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Photo by Oladimeji Odunsi on Unsplash

Black History and Seasonal Diversity

Ah Black History Month it’s that time of the year where everyone remembers Black folks exist…or at least fool us in to thinking that they do. Commercials, media outlets, podcasts, panels, work emails, you see our contributions everywhere.

Now, in the midst of all of this you’ll think hey cool, this is amazing. You may also think: huh, I’m noticing Black folks in certain places, spaces, and industries I don’t really see them in normally? — This isn’t just your imagination. If you’re Black you may think huh, I’m not really seeing people aside from us really celebrate Black History Month — this too isn’t your imagination.

We’re 7 days into the month and it’s time to get real. Are people (non Black folks) really being genuine about supporting us? Is it all just merely being performative? The answer is probably all the above folks. Part of me calls this month for what it is; seasonal diversity. Alternatively, this month feels like “I have a Black friend™”.

Photo by Ahshea1 Media from Pexels

Again, for the infinite time, recognizing the achievements of marginalized people doesn’t require a designated month. Marginalized people are making history and or remembering it throughout the year. The bare minimum is to remember this and acknowledge our humanity. Or at least look like you care.

The major piece of this of course is allyship and what that means. I can’t tell you how you define it. For myself allyship means work, real constant work. It’s people actively getting out of their comfort zone to allow space for others. It’s understanding highlighting a few minorities a month doesn’t make you one of the good ones. You also don’t need someone to call one of the good ones to really help, your an unsung hero.

If there’s ever a time to question the legitimacy of people’s intentions, it’s definitely Black History Month. Question it if it feels phony and appears to be a show. Ask: why am I the only Black person a part of this event or production. Watch as the tension turns as you ask where are people needing you now*. You’ve been available for work all year round, but hey February shows up and you’re suddenly popular. Yes, I know it’s not a good feeling but we gotta see people for what they are and aren’t.

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Photo: leftvoice

I know, I’m being highly critical but it’s a new decade and let’s stop fooling ourselves her. Now, I admit the song and dance has to be a thing. If any business, platform and etc didn’t at least acknowledge Black History Month they would run the risk of appearing culturally insensitive. So are businesses really here for us or are they just making sure the gravy train continues? I don’t know but the way society operates can you blame us for questioning those intentions?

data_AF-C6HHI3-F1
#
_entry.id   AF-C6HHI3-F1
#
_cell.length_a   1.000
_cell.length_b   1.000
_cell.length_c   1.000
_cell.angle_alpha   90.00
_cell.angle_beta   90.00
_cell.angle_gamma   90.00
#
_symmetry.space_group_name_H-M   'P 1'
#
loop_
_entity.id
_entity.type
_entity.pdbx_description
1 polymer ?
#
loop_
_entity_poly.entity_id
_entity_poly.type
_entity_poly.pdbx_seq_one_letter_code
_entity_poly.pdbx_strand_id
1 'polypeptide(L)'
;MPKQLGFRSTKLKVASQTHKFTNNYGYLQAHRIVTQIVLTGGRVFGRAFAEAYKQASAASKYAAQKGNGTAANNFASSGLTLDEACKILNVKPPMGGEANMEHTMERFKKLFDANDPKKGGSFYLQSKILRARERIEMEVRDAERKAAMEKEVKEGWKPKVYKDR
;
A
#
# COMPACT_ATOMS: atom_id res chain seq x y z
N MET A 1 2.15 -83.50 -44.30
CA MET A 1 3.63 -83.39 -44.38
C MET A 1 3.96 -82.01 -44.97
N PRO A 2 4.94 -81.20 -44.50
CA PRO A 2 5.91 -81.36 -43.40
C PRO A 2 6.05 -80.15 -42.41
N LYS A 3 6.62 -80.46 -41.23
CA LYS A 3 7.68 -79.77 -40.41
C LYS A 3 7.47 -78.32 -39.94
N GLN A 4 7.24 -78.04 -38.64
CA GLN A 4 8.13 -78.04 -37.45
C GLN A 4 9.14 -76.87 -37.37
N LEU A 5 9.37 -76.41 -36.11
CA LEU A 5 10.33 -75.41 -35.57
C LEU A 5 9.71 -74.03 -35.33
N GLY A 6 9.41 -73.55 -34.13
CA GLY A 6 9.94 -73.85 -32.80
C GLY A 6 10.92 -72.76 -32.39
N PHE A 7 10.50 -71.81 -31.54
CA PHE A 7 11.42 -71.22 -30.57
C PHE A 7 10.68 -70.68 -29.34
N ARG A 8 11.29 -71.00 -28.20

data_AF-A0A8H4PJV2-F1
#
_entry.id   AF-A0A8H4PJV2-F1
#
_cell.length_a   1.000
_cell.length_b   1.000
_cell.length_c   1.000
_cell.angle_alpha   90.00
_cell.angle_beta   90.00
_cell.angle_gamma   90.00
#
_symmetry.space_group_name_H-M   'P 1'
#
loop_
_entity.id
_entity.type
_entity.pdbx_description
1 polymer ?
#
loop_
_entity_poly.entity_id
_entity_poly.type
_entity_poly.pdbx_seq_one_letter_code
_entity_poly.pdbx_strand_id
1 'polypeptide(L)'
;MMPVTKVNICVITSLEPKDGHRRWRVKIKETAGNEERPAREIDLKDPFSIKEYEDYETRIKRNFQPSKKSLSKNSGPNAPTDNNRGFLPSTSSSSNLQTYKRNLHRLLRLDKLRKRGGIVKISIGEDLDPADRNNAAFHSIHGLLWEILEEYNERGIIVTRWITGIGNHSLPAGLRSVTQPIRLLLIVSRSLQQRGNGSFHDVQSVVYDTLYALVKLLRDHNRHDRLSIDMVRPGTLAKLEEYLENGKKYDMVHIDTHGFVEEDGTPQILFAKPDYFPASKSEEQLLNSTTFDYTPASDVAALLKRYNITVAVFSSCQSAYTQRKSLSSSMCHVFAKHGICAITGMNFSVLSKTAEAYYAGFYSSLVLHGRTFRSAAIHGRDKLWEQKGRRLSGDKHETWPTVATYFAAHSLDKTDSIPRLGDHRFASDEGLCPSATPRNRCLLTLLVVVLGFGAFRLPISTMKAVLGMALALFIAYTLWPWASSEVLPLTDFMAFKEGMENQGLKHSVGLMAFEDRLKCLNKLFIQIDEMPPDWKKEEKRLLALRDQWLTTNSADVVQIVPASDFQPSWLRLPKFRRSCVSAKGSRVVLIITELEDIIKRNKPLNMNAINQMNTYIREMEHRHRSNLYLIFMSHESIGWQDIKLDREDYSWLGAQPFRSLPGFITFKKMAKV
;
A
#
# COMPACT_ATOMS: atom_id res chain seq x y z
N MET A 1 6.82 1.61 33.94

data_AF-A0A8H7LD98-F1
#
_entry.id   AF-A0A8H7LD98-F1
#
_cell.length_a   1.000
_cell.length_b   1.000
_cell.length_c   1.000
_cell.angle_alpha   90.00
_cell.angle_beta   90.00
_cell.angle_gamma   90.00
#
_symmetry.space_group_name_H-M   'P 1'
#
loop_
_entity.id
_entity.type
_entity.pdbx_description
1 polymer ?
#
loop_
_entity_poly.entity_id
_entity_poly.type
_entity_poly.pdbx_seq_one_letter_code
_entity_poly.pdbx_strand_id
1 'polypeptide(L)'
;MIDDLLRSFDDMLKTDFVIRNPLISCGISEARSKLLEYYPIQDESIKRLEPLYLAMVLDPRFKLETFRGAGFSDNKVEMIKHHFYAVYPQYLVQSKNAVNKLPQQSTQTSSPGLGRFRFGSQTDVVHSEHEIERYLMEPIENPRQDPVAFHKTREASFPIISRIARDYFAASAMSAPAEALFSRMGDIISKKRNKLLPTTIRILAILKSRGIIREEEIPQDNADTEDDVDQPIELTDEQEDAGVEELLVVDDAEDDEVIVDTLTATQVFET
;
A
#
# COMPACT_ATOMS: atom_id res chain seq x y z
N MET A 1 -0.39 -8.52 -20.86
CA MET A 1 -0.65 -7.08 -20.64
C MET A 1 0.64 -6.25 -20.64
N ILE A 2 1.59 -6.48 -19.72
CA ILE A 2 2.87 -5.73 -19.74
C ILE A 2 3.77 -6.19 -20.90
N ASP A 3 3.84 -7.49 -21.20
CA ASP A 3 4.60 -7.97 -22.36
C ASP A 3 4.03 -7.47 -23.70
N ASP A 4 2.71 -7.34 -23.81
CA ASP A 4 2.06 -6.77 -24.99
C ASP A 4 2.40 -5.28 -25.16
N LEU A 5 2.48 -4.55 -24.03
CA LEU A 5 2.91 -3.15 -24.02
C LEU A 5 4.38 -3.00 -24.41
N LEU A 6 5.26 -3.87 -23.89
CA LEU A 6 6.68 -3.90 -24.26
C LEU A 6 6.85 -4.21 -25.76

Before we continue, let’s discuss what proper acknowledgement of Black contributions look like. We have to examine the entire spectrum we encompass — aka being human.

In no particular order but we first need to acknowledge the humanity of those of us whom are the most marginalized within the Black community. In part, this would be those whom are queer. They’ve been forgotten and passed over again and again. Yet they’ve been some of the most powerful engines of change for history. So, honor Marsha P Johnson her activism and her work for queer youth. Remember James Baldwin and his powerful dissection of racism being a disease to both oppressor and oppressed. Never forget that Black Lives Matter was created by Patrisse Cullors, Opal Tometi and Alicia Garza, three queer Black women.

Our other Black heroes whom get forgotten too are our disabled members as well. People such as the late Johnnie Lacy, whom was a leader and advocate for disabled people of color. She challenged the views that able bodied people (including those with melanin) didn’t see the potential of disabled individuals. We also have unsung heroes like Bradley Lomax, a disabled Black Panther Party member. His work with disability advocacy really pushed the BPP to support those efforts. This eventually leads to the forced implantation of Section 504 of the Rehabilitation Act. I could could go but I think we get the point.

Photo: longmoreinstitute

I believe we have to be honest during this month too and brutally so. History is not all good, warm, and positive. It is ugly, harmful, and leaves scars. Our present shapes our history too. Let’s not lie to ourselves and others. Racism and all other forms of inequality aren’t gone. — I mean go checkout your local schools in white and Black neighborhoods as proof — We need to only look at what’s wrong and how that gets more difficult with the more intersections they occupy.

Please by all means embrace this month and the good vibes. If you’ve never had the chance to be unapologetically Black, my god friend this month is it. I mean society is giving you a free card! Ok, they really aren’t, I’m encouraging you nonetheless. Let’s also use this month to highlight and recall the complexities of Blackness. Recognize your individuality and immerse yourself in relevant history. Above all else appreciate your Black excellence is friend. It’s you, me, and other whom may not believe they can achieve all that they want. — This is your right and no one can take that.

As you move through this month, take everything with a grain of salt. The Black voices, and faces you see everywhere. Ask yourself will you see them with the same frequency throughout the year? Last time I checked when the month is done, we’re still Black and exist.

Written by

I bat for PoCs, marginalized, equality, inclusion & geekdom. I'm warming the bench until coach subs me in.

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